A Cosmetic Product Safety Report (CPSR) is then required to confirm the finished product is safe for use. Collaboration of regulatory and creativity teams and trusted testing houses will ensure all the required data are available to proceed quicker to complete this stage.
All the information related to the finished product are now ready to be compiled in a Product Information File (PIF). Responsible persons are required to promptly provide this document if requested by authorities. Data review by regulatory and creativity teams will ensure all the required information are available to provide a comprehensive document. Additional steps can be required depending on markets requirements. For example, notifications of finished products before launch are required in Europe and UK. Safety Data Sheets and specific documents are required to export in different countries. Regulatory support can help brands and/or manufacturing companies to fulfil specific requirements for different countries (registration, etc).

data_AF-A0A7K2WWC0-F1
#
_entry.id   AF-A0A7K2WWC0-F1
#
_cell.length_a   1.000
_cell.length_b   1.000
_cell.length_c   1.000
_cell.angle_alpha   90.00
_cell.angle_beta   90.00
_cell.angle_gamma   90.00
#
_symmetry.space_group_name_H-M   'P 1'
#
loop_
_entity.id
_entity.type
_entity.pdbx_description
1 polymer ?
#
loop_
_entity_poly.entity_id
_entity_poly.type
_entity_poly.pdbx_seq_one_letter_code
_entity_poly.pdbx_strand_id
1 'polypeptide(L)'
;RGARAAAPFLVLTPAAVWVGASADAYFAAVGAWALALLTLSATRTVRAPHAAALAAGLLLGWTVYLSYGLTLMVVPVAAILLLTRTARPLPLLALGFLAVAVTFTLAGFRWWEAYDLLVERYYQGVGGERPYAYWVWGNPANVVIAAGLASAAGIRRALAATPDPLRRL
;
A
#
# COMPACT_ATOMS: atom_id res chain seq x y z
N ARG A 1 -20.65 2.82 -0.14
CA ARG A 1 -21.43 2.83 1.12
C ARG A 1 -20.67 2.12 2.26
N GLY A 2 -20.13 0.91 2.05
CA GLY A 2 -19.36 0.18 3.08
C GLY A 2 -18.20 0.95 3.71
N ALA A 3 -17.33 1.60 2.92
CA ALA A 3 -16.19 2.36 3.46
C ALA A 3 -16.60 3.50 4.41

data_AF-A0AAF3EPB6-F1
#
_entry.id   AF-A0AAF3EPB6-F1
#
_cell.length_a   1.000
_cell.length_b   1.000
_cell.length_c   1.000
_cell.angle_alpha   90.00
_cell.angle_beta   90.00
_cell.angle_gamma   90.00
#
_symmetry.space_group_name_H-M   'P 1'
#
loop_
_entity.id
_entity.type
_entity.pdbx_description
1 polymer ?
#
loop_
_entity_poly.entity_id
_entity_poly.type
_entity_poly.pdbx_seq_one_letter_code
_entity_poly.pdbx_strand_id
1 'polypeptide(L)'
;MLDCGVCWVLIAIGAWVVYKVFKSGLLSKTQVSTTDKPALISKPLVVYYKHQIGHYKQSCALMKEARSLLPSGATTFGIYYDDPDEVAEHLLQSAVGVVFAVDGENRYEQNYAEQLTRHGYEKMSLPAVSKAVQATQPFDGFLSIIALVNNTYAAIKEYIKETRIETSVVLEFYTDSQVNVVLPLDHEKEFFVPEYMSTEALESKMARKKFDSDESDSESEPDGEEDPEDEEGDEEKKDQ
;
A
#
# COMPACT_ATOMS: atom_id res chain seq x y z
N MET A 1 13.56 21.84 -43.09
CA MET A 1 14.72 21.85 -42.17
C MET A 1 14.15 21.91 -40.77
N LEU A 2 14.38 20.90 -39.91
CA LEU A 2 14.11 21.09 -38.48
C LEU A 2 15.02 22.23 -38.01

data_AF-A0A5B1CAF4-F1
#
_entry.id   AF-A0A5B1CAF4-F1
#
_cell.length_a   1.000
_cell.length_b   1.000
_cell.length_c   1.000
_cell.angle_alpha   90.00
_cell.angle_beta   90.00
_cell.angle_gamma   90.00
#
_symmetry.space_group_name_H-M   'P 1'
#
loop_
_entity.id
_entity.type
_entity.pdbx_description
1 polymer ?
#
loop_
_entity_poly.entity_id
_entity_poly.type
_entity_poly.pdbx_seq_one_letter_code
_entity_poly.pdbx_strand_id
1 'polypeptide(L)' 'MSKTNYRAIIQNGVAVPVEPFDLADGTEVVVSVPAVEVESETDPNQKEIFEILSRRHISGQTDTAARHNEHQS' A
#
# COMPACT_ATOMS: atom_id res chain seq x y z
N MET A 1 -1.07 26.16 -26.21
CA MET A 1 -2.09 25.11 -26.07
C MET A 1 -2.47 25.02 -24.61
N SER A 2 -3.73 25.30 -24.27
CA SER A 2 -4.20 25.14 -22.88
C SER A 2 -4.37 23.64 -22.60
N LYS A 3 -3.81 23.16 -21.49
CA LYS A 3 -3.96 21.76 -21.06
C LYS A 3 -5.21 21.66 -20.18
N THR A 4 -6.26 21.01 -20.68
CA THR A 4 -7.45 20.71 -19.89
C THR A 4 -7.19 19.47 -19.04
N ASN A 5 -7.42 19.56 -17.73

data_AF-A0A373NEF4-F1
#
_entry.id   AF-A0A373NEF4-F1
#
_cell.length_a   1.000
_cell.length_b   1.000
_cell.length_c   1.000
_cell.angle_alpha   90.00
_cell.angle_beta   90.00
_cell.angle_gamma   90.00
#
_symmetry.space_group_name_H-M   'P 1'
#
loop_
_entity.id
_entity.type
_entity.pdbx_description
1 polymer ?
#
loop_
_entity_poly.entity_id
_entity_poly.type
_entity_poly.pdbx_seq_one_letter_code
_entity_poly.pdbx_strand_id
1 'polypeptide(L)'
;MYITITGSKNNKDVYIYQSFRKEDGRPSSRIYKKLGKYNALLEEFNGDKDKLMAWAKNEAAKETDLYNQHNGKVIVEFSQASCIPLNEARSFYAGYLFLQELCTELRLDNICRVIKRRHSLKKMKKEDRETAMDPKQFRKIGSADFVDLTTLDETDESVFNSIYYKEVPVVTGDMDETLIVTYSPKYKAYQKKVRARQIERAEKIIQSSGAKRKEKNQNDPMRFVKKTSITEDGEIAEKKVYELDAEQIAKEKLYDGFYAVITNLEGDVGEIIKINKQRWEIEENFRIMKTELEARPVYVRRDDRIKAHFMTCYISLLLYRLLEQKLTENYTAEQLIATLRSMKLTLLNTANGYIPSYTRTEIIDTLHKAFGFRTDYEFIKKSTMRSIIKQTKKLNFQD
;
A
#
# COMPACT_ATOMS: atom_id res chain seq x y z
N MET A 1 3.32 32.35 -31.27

All these additional stages can be summarised as per below table:
Consultancy services: an extra hand…
The success of a smooth development process is strongly dependant on an active and effective communication between marketing, creativity and regulatory. These departments can be present in a large manufacturer company but often it is difficult to find the right level of communication and experience to efficiently achieve the desired results.
Consultancy services can help to overcome this. Experience, extensive and continuous contacts in the industry and not least passion will make the consultancy services a very helpful tool to brands and manufacturers to offer innovation and efficient solutions. The Cosmetic Experts can cover a wide range of formulation development, whether it involves novel ideas to add to your current range or replicate your desired benchmarks or trouble shooting your existing formulations.
The aim is to deliver your vision while addressing all the regulatory requirements and comply with the different markets.
Please visit their website to learn more – www.thecosmeticexperts.co.uk